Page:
Fillings are a very common dental procedure but the material that dentists have traditionally used for fillings, amalgam, has fallen out of use. White composite filling materials which are indistinguishable from the tooth have taken the place of amalgam but they contain photoactive materials that must be hardened with light. The light cannot effectively penetrate the material so it must be applied and hardened in several steps. The Vienna University of Technology in collaboration with the company Ivoclar Vivadent have recently developed a new type of photoactive material based on germanium. The germanium component improves the photo-activity for a much quicker application process.
Modern dental composites are made up of a mixture of material components that include inorganic fillers as well as photoactive resins that solidify when exposed to light of a certain wavelength. Professor Robert Liska of the Vienna University of Technology (TU Vienna) has experience working with photoactive substances. The wavelength of the light used determines how far it will penetrate into the material. “Usually, light in the violet and ultraviolet region is used,” according to Liska. Light with longer wavelengths can be used to penetrate deeper into the composite material but this can disrupt the polymerization process and cause the procedure to be repeated.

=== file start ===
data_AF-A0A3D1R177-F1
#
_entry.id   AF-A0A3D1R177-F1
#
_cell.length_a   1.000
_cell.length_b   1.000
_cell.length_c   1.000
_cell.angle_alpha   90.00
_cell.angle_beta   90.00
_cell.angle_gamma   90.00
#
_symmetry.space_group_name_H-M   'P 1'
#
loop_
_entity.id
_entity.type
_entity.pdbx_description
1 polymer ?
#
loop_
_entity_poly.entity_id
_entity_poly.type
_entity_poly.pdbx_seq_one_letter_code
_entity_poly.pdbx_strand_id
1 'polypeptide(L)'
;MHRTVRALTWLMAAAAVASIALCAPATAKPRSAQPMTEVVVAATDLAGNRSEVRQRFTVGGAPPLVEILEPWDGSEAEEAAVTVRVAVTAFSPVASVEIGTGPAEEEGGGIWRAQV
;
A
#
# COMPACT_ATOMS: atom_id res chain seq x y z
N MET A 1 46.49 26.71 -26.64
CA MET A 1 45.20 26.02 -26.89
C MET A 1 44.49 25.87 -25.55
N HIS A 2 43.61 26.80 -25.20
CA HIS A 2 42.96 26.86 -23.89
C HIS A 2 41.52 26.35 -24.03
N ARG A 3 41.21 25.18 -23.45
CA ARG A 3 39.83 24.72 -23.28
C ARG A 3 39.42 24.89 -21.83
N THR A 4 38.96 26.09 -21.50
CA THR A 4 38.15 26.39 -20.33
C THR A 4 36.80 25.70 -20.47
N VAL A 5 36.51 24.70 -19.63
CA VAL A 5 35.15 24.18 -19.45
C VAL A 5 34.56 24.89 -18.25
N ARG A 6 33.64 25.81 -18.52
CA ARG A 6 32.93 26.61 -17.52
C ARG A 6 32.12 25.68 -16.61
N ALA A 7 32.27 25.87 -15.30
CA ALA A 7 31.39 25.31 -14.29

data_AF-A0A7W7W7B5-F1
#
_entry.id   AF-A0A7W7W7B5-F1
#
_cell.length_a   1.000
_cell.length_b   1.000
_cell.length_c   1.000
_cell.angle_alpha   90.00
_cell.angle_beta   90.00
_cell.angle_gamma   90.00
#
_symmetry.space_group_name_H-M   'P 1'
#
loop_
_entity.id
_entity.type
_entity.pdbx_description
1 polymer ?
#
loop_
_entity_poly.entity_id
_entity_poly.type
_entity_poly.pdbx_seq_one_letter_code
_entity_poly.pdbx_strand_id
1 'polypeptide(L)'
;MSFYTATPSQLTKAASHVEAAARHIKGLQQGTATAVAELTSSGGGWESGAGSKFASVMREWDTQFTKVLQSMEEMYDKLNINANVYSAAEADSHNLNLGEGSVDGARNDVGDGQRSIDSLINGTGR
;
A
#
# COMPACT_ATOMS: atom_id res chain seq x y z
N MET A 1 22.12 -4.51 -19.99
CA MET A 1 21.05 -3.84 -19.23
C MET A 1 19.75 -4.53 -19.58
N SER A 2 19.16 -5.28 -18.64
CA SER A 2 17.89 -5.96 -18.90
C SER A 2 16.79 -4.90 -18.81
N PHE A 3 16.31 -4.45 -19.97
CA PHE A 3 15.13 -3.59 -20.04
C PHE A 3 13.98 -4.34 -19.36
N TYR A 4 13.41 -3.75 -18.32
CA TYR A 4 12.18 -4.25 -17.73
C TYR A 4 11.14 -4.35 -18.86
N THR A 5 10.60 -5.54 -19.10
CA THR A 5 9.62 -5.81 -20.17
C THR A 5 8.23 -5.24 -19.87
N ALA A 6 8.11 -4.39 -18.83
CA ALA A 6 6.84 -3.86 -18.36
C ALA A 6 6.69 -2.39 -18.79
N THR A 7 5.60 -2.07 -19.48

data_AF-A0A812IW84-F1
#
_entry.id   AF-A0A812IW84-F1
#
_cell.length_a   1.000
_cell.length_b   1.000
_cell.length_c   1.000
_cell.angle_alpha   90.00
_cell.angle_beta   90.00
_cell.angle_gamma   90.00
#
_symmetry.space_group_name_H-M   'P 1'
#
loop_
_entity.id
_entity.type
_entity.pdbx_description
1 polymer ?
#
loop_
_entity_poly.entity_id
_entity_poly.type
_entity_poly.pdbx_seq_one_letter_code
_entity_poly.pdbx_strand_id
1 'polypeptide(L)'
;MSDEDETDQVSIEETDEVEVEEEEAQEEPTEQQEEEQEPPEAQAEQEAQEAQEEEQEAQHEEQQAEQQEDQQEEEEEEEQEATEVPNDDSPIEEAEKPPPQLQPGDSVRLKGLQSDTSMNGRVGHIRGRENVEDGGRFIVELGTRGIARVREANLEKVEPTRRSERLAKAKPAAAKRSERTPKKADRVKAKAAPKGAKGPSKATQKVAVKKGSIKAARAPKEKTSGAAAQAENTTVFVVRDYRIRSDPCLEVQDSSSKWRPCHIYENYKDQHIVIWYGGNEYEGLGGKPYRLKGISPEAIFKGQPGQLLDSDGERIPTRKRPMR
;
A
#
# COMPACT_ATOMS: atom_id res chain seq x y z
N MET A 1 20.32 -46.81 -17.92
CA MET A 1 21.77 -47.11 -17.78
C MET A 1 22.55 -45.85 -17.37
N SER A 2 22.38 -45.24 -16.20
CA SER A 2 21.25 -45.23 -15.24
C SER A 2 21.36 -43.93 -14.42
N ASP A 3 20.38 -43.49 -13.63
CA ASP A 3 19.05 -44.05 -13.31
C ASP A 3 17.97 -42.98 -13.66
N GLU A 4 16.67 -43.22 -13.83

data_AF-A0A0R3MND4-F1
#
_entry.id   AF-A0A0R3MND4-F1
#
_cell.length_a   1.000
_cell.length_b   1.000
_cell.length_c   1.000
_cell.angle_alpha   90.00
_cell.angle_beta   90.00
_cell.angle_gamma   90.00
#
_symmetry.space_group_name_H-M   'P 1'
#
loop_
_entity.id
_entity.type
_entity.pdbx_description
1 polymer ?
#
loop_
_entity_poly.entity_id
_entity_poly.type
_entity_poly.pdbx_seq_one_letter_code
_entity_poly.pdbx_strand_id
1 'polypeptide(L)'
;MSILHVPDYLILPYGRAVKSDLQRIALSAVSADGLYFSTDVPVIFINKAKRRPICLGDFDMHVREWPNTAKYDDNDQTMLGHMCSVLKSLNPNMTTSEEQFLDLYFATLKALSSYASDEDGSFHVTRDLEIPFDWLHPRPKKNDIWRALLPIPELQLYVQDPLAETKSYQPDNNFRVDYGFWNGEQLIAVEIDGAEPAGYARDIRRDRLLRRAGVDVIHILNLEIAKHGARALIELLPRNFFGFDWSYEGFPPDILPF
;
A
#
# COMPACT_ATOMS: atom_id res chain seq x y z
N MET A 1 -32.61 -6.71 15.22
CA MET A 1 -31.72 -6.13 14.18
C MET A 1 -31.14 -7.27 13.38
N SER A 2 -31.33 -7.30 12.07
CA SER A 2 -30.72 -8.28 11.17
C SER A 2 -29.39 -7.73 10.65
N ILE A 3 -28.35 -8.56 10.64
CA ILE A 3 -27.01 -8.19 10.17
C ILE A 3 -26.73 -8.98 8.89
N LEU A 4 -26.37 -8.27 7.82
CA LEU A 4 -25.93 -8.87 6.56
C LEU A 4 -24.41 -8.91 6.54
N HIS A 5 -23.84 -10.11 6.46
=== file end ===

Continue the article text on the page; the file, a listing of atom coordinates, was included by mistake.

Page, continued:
A New Composite
The new composite materials based on germanium help solve the problem of poor light penetration to speed up the procedure. The germanium based molecule splits into two parts when exposed to blue light and creates radicals that initiate a chain reaction that assembles the other molecular compounds in the filling into polymers and hardens the material. The Vienna University of Technology created the germanium-based photo initiator which was tested by Ivoclar Vivadent. The germanium based photoactive material increases the hardening depth from 2 mm to 4 mm which makes the procedure much quicker and easier.
Success of New Compound
The success of the germanium based materials has led to the Vienna University of Technology and Ivoclar Vivadent expanding their collective research in dental materials. The Institute for Applied Synthetic Chemistry and the Institute for Materials Science and Technology opened a laboratory for developing “photopolymers in digital and restorative dentistry” with funding from Ivoclar Vivadent and Christian Doppler Research Association. Researchers within the laboratory work to develop photosensitive substances for dentistry and look into the potential of 3D printing for ceramic implants.